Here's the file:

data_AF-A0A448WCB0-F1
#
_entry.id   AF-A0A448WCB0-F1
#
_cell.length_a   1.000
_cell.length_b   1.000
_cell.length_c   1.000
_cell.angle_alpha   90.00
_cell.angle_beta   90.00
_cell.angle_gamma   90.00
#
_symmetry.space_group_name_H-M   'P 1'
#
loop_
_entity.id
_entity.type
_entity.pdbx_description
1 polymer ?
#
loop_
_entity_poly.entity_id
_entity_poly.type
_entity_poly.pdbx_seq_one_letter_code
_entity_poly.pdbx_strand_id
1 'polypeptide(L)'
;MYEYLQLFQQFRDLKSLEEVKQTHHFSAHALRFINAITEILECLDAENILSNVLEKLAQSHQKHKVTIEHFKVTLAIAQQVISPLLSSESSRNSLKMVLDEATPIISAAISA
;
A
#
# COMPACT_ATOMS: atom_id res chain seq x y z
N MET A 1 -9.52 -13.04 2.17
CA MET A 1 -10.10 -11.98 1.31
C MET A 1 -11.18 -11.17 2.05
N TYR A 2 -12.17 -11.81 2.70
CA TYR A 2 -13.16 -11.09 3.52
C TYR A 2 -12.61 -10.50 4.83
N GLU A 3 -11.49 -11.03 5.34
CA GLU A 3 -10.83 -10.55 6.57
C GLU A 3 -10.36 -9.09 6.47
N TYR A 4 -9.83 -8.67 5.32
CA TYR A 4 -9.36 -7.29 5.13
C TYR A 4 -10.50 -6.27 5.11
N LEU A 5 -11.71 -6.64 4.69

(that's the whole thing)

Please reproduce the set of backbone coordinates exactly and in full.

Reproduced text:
data_AF-A0A448WCB0-F1
#
_entry.id   AF-A0A448WCB0-F1
#
_cell.length_a   1.000
_cell.length_b   1.000
_cell.length_c   1.000
_cell.angle_alpha   90.00
_cell.angle_beta   90.00
_cell.angle_gamma   90.00
#
_symmetry.space_group_name_H-M   'P 1'
#
loop_
_entity.id
_entity.type
_entity.pdbx_description
1 polymer ?
#
loop_
_entity_poly.entity_id
_entity_poly.type
_entity_poly.pdbx_seq_one_letter_code
_entity_poly.pdbx_strand_id
1 'polypeptide(L)'
;MYEYLQLFQQFRDLKSLEEVKQTHHFSAHALRFINAITEILECLDAENILSNVLEKLAQSHQKHKVTIEHFKVTLAIAQQVISPLLSSESSRNSLKMVLDEATPIISAAISA
;
A
#
# COMPACT_ATOMS: atom_id res chain seq x y z
N MET A 1 -9.52 -13.04 2.17
CA MET A 1 -10.10 -11.98 1.31
C MET A 1 -11.18 -11.17 2.05
N TYR A 2 -12.17 -11.81 2.70
CA TYR A 2 -13.16 -11.09 3.52
C TYR A 2 -12.61 -10.50 4.83
N GLU A 3 -11.49 -11.03 5.34
CA GLU A 3 -10.83 -10.55 6.57
C GLU A 3 -10.36 -9.09 6.47
N TYR A 4 -9.83 -8.67 5.32
CA TYR A 4 -9.36 -7.29 5.13
C TYR A 4 -10.50 -6.27 5.11
N LEU A 5 -11.71 -6.64 4.69